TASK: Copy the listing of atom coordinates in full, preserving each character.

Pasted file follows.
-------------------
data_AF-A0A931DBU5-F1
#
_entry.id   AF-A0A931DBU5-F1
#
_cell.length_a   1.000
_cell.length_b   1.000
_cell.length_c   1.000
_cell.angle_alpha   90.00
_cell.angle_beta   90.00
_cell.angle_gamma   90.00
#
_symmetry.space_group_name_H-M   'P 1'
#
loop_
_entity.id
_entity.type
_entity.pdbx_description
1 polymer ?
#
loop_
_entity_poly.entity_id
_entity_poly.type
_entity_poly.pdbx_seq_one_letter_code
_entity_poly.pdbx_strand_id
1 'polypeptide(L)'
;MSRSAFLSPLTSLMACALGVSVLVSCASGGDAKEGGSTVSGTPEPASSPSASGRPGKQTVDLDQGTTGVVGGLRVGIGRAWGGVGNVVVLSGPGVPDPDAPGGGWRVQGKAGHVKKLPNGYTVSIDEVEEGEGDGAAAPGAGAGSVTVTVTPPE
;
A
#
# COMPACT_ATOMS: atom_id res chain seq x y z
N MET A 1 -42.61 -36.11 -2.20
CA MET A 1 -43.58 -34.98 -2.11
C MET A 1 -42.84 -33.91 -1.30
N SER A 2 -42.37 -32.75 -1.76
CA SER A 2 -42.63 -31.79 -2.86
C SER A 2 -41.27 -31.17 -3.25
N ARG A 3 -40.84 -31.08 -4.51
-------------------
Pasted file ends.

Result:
data_AF-A0A931DBU5-F1
#
_entry.id   AF-A0A931DBU5-F1
#
_cell.length_a   1.000
_cell.length_b   1.000
_cell.length_c   1.000
_cell.angle_alpha   90.00
_cell.angle_beta   90.00
_cell.angle_gamma   90.00
#
_symmetry.space_group_name_H-M   'P 1'
#
loop_
_entity.id
_entity.type
_entity.pdbx_description
1 polymer ?
#
loop_
_entity_poly.entity_id
_entity_poly.type
_entity_poly.pdbx_seq_one_letter_code
_entity_poly.pdbx_strand_id
1 'polypeptide(L)'
;MSRSAFLSPLTSLMACALGVSVLVSCASGGDAKEGGSTVSGTPEPASSPSASGRPGKQTVDLDQGTTGVVGGLRVGIGRAWGGVGNVVVLSGPGVPDPDAPGGGWRVQGKAGHVKKLPNGYTVSIDEVEEGEGDGAAAPGAGAGSVTVTVTPPE
;
A
#
# COMPACT_ATOMS: atom_id res chain seq x y z
N MET A 1 -42.61 -36.11 -2.20
CA MET A 1 -43.58 -34.98 -2.11
C MET A 1 -42.84 -33.91 -1.30
N SER A 2 -42.37 -32.75 -1.76
CA SER A 2 -42.63 -31.79 -2.86
C SER A 2 -41.27 -31.17 -3.25
N ARG A 3 -40.84 -31.08 -4.51